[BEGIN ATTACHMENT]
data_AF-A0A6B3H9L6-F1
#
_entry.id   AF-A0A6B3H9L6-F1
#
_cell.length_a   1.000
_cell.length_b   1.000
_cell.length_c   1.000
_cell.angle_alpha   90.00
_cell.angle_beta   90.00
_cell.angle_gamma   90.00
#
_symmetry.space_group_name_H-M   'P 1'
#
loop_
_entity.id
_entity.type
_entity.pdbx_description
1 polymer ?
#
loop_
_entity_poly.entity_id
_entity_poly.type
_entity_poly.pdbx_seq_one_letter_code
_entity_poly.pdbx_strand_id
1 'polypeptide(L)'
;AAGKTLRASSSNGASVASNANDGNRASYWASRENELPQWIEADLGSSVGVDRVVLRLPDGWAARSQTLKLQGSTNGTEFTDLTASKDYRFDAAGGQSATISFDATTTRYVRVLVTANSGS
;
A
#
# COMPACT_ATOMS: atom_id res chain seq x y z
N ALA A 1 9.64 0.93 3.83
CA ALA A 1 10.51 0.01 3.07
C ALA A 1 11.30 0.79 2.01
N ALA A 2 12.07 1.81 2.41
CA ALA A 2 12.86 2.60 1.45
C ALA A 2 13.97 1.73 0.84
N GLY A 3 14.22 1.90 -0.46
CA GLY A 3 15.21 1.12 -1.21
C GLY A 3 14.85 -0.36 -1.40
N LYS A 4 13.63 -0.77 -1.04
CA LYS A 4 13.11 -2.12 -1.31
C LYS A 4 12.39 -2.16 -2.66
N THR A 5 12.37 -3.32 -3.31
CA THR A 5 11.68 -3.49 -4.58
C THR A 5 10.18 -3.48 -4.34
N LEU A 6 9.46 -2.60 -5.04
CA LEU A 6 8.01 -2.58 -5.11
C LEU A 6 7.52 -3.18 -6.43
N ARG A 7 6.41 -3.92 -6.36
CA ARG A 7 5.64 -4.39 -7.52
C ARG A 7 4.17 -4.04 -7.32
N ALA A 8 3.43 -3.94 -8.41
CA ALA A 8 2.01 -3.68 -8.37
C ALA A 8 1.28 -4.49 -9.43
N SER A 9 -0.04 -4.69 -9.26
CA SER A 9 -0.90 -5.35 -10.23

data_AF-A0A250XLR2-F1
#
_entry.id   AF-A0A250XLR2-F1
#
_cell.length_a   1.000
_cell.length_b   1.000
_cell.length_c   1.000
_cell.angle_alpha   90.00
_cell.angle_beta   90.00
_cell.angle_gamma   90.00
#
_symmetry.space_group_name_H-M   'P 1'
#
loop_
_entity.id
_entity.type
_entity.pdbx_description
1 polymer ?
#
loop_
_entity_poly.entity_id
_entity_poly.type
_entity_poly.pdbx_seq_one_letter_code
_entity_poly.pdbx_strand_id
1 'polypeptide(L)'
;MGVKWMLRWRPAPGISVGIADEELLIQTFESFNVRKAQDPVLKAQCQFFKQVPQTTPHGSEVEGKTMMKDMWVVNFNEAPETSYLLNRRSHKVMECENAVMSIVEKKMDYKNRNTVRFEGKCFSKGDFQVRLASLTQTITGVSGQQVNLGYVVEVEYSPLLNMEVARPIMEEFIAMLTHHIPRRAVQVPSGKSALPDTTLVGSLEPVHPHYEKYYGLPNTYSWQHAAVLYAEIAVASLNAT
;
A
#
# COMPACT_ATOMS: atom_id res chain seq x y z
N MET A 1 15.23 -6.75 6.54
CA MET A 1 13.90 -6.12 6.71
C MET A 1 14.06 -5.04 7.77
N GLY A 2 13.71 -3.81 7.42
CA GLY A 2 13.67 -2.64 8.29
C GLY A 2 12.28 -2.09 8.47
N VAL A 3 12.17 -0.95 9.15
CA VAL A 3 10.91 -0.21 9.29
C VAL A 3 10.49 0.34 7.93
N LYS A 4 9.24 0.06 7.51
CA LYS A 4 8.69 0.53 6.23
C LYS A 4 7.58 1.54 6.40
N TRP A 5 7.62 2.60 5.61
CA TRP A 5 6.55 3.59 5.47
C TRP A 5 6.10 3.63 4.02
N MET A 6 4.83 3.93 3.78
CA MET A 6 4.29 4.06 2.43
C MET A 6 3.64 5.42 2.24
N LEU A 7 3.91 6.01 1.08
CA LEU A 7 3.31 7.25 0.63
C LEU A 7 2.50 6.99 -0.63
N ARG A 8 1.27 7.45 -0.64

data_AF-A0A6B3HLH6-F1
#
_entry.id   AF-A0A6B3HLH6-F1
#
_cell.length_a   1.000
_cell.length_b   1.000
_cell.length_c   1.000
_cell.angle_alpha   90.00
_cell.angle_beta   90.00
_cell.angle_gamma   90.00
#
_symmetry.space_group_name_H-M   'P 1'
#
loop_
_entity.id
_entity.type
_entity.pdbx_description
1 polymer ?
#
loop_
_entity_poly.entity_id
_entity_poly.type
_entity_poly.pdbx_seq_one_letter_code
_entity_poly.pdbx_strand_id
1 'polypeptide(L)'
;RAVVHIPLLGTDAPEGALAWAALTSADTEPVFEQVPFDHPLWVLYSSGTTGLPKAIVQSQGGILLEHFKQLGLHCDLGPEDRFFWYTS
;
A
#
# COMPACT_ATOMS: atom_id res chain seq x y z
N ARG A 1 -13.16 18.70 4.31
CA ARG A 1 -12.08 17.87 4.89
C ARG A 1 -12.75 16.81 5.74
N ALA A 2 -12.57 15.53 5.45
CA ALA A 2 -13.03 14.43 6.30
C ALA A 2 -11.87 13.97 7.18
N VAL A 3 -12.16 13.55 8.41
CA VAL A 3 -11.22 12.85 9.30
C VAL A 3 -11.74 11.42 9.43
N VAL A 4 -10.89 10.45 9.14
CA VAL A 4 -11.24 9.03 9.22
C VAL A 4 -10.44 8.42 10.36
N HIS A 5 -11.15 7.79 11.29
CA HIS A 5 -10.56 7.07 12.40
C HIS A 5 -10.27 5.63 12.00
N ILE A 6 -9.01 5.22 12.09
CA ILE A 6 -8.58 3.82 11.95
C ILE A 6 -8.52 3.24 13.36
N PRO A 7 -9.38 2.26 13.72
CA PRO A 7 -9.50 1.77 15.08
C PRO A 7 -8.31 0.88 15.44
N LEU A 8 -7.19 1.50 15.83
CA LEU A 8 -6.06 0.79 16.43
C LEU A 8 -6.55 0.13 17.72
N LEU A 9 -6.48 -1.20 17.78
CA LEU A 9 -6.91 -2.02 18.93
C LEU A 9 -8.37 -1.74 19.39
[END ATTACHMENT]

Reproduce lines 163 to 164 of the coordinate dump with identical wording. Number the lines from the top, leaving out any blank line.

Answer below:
N LEU A 9 -6.48 -1.20 17.78
CA LEU A 9 -6.91 -2.02 18.93